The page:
And that’s the problem. We are such superflyingratswhocanrunamileandswimandliveonanything, that we’re natural prey for uber-organisms like “banks”, and “corporations” and “religions” and so on.

    Thank Gawd (ha ha!) Nature bats last. When I was in high school I read a book called Walkabout, it’s haunted me since. Since then I’ve heard they made it into a movie.

  • 26. Cum  |  August 9th, 2011 at 6:55 am

    I came here to say that the final episode of Spartacus: Blood and Sand is the most satisfying season finale of any show that I’ve seen. The slaves rise up and slaughter every member of the local aristocracy. What a bloodbath.

  • 27. Cum  |  August 9th, 2011 at 7:05 am

    Sorry, one more comment: Andy Serkis said that those ARE NOT his eyes, though everybody thinks they are.

  • 28. Destro  |  August 9th, 2011 at 9:28 am

    Jeebus! Is the only way to make Americans think of a revolution against the systen that raped them to use CGI monkeys as the protagonists? Hey, stupid Americans – you are the caged chimps. Get to revolting already.

  • 29. Tollett Doe  |  August 9th, 2011 at 1:56 pm

    don’t you hate it when weird psychos living in their parents’ converted attic sit there and type up fucked up anonymous comments? lots of those types out there

  • 30. Hussayn Khariq  |  August 9th, 2011 at 5:53 pm

    John Sayles ‘Matewan’ is an awesome depiction of an uprising. ‘Lion of the Desert’ (Anthony Quinn as Libyan leader Omar Mukhtar) is sorta good.

  • 31. ☭ mouse ☭  |  August 9th, 2011 at 5:59 pm

    @25 this is stupid. If humans ‘fucking rule’ so much then why do we have wisdom teeth that would kill us early before we had medical technology, appendixes to rupture etc. (just to mention the most obvious problems)? Not to mention we get just plain get infected and killed super easy.

  • 32. TeaPartier  |  August 9th, 2011 at 9:40 pm

    I thought this movie was going to be about the Tea Partiers!

  • 33. my talkative ringpiece  |  August 9th, 2011 at 10:01 pm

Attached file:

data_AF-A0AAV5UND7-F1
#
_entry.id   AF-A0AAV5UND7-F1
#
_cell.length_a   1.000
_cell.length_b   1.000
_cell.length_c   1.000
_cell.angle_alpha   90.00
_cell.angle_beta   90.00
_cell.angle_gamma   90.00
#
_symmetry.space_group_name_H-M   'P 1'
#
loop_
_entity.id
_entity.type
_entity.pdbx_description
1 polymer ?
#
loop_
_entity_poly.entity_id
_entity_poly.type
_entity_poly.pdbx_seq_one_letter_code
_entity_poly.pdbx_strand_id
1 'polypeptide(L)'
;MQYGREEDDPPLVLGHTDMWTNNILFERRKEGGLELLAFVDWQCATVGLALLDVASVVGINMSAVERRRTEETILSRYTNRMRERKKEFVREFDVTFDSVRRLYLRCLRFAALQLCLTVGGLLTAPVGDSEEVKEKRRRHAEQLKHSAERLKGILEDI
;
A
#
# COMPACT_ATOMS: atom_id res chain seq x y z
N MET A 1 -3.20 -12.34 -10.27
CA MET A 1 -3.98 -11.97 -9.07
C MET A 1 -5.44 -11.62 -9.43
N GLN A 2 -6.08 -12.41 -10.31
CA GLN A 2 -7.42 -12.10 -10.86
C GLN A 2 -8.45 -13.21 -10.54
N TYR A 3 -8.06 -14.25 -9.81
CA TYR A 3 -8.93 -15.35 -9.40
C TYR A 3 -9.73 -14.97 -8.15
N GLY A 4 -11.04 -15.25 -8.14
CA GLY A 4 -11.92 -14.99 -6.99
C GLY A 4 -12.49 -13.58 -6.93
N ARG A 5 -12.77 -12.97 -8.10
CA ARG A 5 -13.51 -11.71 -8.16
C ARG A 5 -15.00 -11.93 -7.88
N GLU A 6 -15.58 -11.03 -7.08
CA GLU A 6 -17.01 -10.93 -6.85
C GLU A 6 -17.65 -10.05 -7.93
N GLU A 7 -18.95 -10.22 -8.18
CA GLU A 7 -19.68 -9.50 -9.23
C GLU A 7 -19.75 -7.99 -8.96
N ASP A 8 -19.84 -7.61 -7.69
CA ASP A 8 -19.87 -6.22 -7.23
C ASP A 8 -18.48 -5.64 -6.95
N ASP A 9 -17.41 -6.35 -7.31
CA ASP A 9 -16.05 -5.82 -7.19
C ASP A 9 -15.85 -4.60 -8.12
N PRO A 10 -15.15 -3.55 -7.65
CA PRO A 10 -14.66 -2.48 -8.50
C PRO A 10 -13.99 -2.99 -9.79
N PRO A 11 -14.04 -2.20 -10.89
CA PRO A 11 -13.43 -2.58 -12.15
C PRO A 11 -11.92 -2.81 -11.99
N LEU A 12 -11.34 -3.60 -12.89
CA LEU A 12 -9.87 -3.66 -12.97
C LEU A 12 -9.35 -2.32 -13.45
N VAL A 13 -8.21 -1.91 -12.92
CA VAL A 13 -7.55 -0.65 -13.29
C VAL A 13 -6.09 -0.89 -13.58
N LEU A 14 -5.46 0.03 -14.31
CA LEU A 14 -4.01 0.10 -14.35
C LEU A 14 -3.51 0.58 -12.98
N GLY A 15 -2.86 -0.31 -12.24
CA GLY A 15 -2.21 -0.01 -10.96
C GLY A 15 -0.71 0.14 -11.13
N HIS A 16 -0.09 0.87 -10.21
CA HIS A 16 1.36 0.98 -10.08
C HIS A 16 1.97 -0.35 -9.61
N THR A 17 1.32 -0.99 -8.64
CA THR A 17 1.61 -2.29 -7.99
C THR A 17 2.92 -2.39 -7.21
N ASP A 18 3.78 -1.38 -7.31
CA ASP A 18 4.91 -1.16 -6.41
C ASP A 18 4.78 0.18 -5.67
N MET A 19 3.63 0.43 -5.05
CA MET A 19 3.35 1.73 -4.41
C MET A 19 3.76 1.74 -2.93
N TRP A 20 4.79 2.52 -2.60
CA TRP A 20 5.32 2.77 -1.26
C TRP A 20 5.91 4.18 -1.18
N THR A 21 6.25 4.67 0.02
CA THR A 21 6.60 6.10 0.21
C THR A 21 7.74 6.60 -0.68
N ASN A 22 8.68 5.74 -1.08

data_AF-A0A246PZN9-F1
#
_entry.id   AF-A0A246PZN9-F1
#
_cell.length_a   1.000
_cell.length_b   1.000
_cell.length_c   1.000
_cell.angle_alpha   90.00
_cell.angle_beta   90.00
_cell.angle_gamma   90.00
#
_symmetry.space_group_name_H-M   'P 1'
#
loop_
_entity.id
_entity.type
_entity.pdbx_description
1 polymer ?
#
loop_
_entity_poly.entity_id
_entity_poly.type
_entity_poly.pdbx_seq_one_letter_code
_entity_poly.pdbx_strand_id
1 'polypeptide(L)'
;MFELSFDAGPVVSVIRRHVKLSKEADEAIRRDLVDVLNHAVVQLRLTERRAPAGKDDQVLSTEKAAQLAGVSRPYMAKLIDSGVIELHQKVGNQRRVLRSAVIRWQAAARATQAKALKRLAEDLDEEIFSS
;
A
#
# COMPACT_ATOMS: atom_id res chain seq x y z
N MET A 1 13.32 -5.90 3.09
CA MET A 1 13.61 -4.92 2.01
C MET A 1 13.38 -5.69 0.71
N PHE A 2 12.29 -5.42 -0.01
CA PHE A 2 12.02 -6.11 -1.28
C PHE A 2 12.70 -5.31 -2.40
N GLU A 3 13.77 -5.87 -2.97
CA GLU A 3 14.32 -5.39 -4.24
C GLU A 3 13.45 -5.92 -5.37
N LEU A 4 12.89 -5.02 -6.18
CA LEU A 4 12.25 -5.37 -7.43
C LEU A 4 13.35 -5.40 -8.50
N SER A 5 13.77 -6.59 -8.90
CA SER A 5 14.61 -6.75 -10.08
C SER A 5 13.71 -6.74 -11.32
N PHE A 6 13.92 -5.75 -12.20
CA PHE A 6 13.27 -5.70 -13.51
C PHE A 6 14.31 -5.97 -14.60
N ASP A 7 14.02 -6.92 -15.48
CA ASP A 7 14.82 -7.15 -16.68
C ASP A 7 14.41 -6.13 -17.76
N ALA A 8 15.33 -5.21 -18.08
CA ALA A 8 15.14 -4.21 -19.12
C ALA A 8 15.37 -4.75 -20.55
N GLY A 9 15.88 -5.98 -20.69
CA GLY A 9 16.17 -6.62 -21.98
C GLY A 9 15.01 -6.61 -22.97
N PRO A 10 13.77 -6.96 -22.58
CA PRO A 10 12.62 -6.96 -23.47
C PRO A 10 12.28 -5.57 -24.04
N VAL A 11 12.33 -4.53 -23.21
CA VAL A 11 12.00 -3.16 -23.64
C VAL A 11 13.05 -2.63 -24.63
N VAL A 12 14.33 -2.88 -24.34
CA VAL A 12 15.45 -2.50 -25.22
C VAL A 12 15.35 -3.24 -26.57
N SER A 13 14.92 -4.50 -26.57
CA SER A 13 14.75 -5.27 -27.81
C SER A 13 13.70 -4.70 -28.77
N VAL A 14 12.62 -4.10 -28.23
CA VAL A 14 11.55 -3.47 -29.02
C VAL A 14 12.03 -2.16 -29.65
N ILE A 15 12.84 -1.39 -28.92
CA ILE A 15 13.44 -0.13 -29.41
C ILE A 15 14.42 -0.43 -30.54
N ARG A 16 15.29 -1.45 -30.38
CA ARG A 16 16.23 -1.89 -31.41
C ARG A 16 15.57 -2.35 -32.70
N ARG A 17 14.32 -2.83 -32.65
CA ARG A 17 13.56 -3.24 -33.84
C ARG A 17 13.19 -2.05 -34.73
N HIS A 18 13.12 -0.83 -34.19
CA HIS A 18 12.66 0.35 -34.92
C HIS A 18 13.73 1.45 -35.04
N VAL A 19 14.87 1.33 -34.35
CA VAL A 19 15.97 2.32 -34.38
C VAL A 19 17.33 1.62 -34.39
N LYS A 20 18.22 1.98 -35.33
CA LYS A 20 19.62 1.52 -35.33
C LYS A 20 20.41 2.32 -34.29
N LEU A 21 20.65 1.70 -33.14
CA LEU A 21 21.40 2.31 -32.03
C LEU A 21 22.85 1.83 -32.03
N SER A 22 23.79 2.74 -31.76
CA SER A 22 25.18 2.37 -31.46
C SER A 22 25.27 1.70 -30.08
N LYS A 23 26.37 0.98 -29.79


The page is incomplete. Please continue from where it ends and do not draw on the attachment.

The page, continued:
Mouse (how to you make those cool little hammer and sickle things?) apes get all the stuff we do. They get dental abscesses. They get viruses, They get worms. Every animal has a host of parasites, diseases, etc. to make its life miserable.

    Because I’ve not seen this movie and probably am not going to see it, I’m going to analyze it! It’s about the working class, those raised in a village and now slaving in a factory, etc., against the oligarchy, the machine-people who’ve never baited a fish hook, etc.

    Gorillas are cool and baboons look awesome, but humans are my favorite ape.

  • 34. A Silver Mt. Paektu  |  August 9th, 2011 at 10:19 pm

    One of the best things about this movie is that it doesn’t get too bogged down in the fuzzy liberalism Amerikan progressives like to ruin revolutionary impulses with. Sure, Caesar does what he can to keep the apes from slaughtering humans wholesale, and the sequel-ready conflict between C and Koba (Stalin’s alias as a young insurrectionist bankrobber) over how to deal with the humans is present, but C lets K do what has to be done at times and the movie pretty blatantly forwards an authoritarian revolutionary politics. Caesar is the largely undisputed alpha, he uses the fasces to explain the importance of unity to the circus Orangutan, the shot of Caesar’s closed fist grasping the truncheon is played triumphantly rather than ominously, etc. Good stuff.

    1. Yes, yes, and yes. “Blood and Sand” is awesome proletarian entertainment. It has boobs and gore aplenty to keep it interesting, but doesn’t shy away from examining the effects oppression has on shaping the revolutionary subject. It also does a great job illustrating the irredemeable decadence and corruption of the ruling class. Any viewer who isn’t a total asshole is ready for a righteous massacre by the season finale.

    30. Yes to you too. “Matewan” is solid pro-union cinema. Required viewing for all would-be revolutionaries and RAT-FOCRS.

  • 35. Victorvalley Villain  |  August 10th, 2011 at 11:07 am

    @33, easiest way is to copy and paste it. Save it to a notepad file for easy re-call.

  • 36. noen  |  August 10th, 2011 at 11:18 am

    The sheep look up.

  • 37. Mad Props  |  August 10th, 2011 at 12:34 pm

    Madd proppz to the Exiled censor.

    “weird fat guy” is exactly what I think when I read a lowercase comment, especially one of those execrable underpunctuated ones.

    Salut!

    [The Exiled Censor responds, "Make me burnt offerings and yea, ye shall be rewarded, so saith the Exiled Censor, the Lord Our Improver, King of the Comments Universe, His wrath is terrible, His covenant deeply annoyingeth."]

  • 38. Bannaman  |  August 10th, 2011 at 10:33 pm

    #31 We have wisdom teeth to replace the 4 adult teeth that would have rotted out of our head during adolescence without effective dentistry. Seriously they are an extra set of teeth and would have pushed the others forward closing up gaps under natural conditions.

    We have an appendix to store gut bacteria incase they get wiped out by a good bout of the runs/some horrible stomach infection.

    We are evolved to be very resilient and persistent creatures adjusted for a short and brutal life with rotten teeth.

  • 39. Bannaman  |  August 10th, 2011 at 11:04 pm

    So we get this review and immediately afterward we see British cities on fire.

    There is a joke in there about chimps and chaves but I’m not gonna make it. I just gonna congratulate provocateurs like Banksy on what they have done with stupid feces throwing primates.